Bagels, Baingan and Baklava

It is difficult to get more than a few blocks away from an amazing restaurant in New York and they aren’t all pizza places and burger joints. The beauty of New York is that, rather than being a “melting pot” where people assimilate to American culture, it is a boisterous conglomerate of too many nations to count. There is amazing pizza to be found, for sure, but there are so many unique flavors to try that I may go weeks without a slice. I am an adventurous eater, as my co-editor will tell you, willing to try anything once. So I love diving in to a new culture through its cuisine, and luckily for me, that is easy to do in my neighborhood.

Fort Greene, Brooklyn is one of the most diverse neighborhoods in the country and the variety of restaurants really shows that diversity. Within spitting distance of my house, I can eat more typical Chinese, Japanese, Mediterranean and Italian, but I can also sample South African samosas, Thai curries and Haitian akras. Then there are the fusion restaurants, offering mixtures of Asian, French and American cooking to create wonderful dishes all their own. And although my neighborhood has a lot to offer, I have also come to realize over my years here that certain neighborhoods in New York specialize in cuisines of the people who live there. Here are some suggestions of neighborhood cuisine you may like to sample:

Best Chinese food: Chinatown, obviously.

If you have never been to New York’s Chinatown for a meal, you are missing out. Peking ducks hanging in storefronts, fish on blocks of ice and buzzing with flies, the smell of garlic and soy sauce in the air, Chinatown is full of foods that you won’t find at your corner restaurant. Try dim sum at a restaurant where no one speaks English or visit a restaurant that serves traditional fish stews. The food is incredible if you are up for adventure.

Best Indian food: Jackson Heights, Queens.

Being half Indian myself, I rarely eat Indian food out, but I have heard that the food in Jackson Heights is as good as it gets in New York. Jackson Heights is famous for its ethnic foods in general, and the best Greek food in the city can also be found in this neighborhood. Not to mention that Queens is a nice place that most people, myself included, don’t visit enough.

Best Mexican food: Sunset Park, Brooklyn.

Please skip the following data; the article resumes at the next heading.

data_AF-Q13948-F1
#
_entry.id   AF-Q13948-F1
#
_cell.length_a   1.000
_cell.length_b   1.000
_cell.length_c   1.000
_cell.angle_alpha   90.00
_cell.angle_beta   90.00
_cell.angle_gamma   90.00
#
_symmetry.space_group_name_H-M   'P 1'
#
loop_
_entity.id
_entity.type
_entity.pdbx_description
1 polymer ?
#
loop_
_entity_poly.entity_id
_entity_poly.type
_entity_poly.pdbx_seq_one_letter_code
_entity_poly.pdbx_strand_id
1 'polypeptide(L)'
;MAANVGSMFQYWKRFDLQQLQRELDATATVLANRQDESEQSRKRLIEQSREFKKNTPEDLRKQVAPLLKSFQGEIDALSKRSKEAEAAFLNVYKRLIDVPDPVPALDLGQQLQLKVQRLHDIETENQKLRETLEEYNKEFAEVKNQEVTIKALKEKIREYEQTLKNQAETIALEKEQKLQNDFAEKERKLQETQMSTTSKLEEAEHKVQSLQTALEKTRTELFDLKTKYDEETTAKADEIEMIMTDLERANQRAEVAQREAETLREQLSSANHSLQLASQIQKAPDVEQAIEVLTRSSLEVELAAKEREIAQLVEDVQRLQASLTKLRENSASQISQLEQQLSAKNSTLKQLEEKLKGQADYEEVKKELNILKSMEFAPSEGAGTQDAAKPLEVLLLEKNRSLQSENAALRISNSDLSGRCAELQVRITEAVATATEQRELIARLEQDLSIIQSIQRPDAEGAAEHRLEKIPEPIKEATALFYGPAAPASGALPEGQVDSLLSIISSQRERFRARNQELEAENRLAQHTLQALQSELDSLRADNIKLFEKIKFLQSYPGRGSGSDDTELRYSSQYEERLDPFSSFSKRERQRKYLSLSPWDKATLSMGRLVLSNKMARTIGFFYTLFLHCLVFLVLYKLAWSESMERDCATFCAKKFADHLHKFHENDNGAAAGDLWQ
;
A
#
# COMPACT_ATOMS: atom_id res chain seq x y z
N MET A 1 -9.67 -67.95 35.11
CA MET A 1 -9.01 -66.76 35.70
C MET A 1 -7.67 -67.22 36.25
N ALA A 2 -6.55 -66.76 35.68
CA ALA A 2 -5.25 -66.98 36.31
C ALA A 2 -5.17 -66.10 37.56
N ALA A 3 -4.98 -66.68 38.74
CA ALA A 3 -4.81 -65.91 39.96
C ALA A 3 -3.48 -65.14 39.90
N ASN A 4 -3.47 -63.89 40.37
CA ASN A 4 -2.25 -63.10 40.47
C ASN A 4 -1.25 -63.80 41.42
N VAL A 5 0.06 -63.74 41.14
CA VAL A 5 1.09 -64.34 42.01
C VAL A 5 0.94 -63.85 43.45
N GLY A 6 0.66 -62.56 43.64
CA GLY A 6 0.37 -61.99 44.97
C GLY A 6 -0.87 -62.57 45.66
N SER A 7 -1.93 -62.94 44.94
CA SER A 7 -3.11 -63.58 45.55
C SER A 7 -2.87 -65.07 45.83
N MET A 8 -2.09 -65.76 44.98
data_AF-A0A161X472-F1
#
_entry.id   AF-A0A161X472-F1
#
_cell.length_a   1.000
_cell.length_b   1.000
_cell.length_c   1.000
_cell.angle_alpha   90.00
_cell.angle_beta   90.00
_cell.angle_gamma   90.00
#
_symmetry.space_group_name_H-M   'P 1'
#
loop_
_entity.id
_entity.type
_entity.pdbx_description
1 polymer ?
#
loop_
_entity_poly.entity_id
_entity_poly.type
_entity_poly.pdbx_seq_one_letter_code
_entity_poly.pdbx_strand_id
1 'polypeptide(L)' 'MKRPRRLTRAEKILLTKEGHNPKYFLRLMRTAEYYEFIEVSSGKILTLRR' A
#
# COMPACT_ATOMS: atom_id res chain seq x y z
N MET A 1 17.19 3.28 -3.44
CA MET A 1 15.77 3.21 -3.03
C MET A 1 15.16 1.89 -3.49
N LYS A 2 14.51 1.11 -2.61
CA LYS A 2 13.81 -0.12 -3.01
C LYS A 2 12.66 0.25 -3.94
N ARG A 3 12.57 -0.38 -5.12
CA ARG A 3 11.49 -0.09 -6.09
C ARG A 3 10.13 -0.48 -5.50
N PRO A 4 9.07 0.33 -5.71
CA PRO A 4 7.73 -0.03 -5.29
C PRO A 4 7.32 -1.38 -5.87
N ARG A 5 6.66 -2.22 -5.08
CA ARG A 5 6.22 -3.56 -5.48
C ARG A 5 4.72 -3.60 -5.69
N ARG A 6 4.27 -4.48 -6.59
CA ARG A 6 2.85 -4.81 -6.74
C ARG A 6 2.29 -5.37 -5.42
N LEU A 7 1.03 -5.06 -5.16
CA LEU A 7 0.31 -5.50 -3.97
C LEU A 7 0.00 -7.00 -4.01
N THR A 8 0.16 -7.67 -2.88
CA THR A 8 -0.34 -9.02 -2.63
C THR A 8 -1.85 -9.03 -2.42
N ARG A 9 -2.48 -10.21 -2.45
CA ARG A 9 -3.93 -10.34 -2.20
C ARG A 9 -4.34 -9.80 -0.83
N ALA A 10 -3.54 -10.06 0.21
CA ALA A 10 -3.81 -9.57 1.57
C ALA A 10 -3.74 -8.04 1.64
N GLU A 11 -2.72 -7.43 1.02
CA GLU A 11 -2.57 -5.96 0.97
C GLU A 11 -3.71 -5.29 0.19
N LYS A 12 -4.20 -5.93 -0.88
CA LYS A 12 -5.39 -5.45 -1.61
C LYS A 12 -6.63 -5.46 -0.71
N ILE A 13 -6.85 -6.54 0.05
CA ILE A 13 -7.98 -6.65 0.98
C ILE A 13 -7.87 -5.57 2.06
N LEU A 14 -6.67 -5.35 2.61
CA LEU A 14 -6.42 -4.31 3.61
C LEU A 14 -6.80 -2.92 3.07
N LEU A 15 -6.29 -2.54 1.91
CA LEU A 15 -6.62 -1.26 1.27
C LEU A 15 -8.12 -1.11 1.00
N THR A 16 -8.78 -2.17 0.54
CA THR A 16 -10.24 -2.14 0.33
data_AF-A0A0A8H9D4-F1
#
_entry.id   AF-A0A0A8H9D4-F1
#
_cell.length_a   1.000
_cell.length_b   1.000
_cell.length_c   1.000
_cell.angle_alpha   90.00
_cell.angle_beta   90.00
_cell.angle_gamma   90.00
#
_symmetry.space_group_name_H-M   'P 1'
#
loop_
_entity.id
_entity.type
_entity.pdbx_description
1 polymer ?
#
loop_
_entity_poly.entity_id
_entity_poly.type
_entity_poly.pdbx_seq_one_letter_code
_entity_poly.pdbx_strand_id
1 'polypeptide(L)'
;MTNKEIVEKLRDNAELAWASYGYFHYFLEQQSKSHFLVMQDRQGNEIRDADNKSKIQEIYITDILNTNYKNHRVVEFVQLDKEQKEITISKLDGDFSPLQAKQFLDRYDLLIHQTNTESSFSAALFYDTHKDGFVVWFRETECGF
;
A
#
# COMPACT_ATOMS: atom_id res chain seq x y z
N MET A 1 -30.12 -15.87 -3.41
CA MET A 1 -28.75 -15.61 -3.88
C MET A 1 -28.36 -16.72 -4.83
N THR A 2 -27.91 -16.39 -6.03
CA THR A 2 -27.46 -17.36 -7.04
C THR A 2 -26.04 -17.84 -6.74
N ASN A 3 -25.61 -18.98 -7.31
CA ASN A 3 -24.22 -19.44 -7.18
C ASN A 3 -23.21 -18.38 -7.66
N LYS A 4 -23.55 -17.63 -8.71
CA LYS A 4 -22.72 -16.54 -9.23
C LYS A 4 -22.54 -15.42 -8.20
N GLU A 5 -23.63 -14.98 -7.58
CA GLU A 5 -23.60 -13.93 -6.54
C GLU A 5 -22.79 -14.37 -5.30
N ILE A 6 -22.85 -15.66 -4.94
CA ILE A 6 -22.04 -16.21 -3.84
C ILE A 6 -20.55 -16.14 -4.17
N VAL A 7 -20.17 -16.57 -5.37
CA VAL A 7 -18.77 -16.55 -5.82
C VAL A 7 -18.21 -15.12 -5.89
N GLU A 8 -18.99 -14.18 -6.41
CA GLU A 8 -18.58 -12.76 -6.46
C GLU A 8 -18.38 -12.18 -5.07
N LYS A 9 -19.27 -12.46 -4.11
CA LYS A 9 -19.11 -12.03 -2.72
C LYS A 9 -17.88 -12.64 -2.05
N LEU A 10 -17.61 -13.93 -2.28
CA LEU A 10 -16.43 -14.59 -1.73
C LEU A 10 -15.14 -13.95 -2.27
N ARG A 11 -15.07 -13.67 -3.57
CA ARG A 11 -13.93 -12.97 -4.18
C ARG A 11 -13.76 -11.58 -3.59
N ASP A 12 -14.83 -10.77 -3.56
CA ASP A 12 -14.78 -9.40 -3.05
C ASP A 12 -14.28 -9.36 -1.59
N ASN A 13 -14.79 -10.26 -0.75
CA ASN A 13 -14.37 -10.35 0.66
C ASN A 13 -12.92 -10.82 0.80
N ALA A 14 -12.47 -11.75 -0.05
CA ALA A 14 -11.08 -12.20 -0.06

I work with someone who is married to a Mexican man and they swear by the food in Sunset Park. You can get tacos the real Mexican way, just meat, no cheese, with many salsas to choose from. It is also the place for Mexican grocery stores, where you can pick up Mexican staples that you won’t find at a regular grocery store, so it is a must for anyone who likes to cook authentic Mexican food.

Best Polish food: Greenpoint, Brooklyn.

Looking for some fresh pierogies, kielbasa and potato pancakes? Head on over the Williamsburg Bridge to Greenpoint, where there is a collection of Polish restaurants catering to local Polish immigrants and newbies alike. Despite my Polish heritage, I never learned my grandmother’s recipe for pierogies so I have to rely on others to provide me with some every now and then.

Best Domincan food: Washington Heights, Manhattan

Working at a predominantly Dominican public school for two years, I learned a lot about Dominican cooking and how it differs from other Caribbean and South American cuisines. Rice and beans are a staple of this cuisine, but meat or fish stew are popular, including bacalao, which is dried codfish. There is a large Dominican population in NYC, so you don’t have to go all the way up to the Heights for Dominican food, but there are a collection of highly regarded and authentic restaurants there.

There are so many amazing cuisines in New York that I could go on for ages. If you have a favorite restaurant or neighborhood to get ethnic food in the city, please share it with us!

Photo Credit: Brian Vecci, Clinton Hill Foodie

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